I read that some Western military experts specializing in China, including the US ones, said that China's countermeasures were much stronger than those of the 1996 Taiwan Strait Crisis. And what China did this time is equal to creating a military blockade and basically cutting Taiwan off. I would like to point out that China does not lack the ability to do "reunification by force". But it is a matter of national reunification after all, and being rational is more important than being emotional, as we strive to achieve the larger goal of national reunification at a minimal cost….
In general, the US leaders are chaotic. Indeed, China doesn't care about the motive behind the visit, it focuses solely on the result. Pelosi's visit is a poor display of the No. 3 U.S. political figure trespassing China's bottom line.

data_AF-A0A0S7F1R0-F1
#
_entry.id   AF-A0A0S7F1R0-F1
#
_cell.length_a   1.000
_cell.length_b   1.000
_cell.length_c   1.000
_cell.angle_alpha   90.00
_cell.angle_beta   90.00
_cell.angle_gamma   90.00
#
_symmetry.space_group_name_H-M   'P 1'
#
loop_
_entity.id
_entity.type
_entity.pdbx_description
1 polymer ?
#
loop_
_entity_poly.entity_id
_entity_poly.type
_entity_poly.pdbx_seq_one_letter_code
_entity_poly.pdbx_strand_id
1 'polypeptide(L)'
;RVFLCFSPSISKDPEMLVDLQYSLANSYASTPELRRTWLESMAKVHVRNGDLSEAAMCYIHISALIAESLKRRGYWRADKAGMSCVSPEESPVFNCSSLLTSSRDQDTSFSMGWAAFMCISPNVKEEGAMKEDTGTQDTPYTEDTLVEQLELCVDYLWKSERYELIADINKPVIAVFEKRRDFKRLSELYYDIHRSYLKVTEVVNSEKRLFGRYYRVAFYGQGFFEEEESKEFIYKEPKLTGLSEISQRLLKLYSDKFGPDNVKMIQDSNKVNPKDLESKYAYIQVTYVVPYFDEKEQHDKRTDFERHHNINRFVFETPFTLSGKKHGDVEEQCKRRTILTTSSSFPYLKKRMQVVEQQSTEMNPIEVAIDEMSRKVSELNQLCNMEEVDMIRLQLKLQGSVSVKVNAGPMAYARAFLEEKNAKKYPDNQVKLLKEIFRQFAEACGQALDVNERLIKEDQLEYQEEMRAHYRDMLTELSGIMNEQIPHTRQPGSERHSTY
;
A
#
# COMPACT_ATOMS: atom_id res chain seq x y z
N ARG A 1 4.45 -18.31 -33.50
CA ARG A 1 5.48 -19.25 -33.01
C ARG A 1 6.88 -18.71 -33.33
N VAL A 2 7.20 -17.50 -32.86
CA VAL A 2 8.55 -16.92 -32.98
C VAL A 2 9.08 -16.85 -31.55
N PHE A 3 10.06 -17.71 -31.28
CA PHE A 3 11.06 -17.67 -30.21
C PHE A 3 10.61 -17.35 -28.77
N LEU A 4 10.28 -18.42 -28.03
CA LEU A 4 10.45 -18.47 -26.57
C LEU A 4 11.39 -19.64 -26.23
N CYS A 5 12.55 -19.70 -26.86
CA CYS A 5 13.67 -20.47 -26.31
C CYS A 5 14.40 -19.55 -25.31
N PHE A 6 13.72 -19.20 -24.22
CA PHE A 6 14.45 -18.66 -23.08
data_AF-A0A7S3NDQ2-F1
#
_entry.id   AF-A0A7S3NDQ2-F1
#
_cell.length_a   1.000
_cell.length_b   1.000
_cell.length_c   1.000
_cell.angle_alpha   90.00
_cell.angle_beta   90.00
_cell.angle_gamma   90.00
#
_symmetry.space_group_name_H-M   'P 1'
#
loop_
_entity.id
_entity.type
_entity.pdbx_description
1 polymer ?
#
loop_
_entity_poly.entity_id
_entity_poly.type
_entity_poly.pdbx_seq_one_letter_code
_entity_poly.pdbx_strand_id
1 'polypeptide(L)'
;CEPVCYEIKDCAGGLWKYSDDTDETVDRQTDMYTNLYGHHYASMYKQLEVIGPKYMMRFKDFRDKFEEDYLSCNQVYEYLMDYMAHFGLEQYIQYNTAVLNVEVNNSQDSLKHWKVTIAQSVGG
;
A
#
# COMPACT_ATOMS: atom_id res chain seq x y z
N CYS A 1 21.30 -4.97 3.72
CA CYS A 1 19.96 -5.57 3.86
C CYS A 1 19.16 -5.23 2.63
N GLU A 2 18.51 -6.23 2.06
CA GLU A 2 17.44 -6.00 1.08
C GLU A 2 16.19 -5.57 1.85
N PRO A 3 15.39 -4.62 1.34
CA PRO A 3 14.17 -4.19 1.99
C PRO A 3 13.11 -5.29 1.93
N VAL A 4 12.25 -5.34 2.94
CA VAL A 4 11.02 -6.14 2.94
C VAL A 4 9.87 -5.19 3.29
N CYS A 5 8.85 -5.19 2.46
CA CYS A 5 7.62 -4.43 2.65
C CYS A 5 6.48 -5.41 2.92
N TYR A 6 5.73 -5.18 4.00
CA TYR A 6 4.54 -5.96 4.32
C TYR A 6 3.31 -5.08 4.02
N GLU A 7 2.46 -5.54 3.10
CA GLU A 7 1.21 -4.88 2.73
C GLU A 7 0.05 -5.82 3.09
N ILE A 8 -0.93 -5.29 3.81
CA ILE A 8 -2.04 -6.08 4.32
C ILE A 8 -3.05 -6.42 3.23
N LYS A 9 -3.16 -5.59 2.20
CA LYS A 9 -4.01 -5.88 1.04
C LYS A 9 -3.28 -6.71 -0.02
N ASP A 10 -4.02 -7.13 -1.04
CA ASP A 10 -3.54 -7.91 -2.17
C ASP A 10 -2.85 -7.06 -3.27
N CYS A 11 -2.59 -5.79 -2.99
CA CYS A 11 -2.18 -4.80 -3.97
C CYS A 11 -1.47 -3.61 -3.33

Many researchers and professionals in the U.S. think tank believe that Pelosi's Taiwan trip is "bad timing." Biden also said that the U.S. military believes the visit is "not a good idea". Why would she provoke a major country for no reason? This is what selfish politicians do when self-interests lead them by the nose. It symbolizes the fall of U.S. political wisdom, not U.S. toughness.
Not only the United States, but even members of the House of Commons in the UK have swooped in to play the "Taiwan card". It is really strange that they jump out to "protect Taiwan's democracy" when their own democracy is faltering. The populism of the U.S. and Britain has penetrated into the elite politics and the political system has become very sick. It is sad that these old "beacons of democracy" are always dumping their problems on the outside world.